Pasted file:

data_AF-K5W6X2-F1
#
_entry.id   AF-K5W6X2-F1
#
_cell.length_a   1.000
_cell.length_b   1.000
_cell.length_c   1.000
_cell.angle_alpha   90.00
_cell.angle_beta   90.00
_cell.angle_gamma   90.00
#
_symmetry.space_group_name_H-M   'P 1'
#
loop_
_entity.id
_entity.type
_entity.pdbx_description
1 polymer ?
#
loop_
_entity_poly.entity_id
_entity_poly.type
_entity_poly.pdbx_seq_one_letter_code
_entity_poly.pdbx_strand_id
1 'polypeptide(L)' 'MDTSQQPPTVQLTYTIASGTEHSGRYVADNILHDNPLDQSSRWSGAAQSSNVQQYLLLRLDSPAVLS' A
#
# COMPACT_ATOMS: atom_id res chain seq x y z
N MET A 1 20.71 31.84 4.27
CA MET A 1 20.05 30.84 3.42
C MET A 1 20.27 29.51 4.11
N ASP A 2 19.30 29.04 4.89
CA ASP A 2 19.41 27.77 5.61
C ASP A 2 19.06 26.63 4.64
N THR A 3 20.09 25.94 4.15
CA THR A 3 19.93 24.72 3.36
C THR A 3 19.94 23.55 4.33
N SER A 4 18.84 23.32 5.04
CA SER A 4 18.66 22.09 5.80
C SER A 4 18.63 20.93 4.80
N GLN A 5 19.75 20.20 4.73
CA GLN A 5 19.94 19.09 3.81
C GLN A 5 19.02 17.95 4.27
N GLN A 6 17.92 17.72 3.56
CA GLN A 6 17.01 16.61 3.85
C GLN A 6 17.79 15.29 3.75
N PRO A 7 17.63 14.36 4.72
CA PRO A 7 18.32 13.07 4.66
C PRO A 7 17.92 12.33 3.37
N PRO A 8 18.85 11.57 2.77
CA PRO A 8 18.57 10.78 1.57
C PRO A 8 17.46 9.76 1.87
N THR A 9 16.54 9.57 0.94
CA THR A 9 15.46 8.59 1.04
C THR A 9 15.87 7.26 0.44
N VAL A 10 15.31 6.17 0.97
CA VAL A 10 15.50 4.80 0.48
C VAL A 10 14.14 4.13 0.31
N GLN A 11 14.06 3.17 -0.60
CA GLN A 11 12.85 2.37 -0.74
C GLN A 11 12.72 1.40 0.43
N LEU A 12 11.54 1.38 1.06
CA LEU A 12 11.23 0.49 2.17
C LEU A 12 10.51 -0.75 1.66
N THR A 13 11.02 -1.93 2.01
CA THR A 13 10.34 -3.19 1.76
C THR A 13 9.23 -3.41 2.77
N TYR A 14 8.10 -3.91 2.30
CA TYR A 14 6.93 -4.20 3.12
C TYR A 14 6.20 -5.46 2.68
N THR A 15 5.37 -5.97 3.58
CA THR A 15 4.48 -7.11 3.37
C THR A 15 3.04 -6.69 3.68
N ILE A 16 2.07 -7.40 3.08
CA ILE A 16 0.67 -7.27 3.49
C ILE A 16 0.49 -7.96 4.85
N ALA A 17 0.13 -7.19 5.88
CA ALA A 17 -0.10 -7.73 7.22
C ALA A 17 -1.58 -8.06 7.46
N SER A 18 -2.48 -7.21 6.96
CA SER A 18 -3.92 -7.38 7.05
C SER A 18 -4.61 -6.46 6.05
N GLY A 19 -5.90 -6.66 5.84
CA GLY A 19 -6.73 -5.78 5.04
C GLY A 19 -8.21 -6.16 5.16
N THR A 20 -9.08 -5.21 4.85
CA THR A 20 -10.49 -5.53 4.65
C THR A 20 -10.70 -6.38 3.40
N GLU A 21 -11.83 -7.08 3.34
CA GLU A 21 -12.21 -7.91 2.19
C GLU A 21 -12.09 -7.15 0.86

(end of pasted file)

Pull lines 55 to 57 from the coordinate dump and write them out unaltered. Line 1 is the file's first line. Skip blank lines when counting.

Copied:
N VAL A 10 15.31 6.17 0.97
CA VAL A 10 15.50 4.80 0.48
C VAL A 10 14.14 4.13 0.31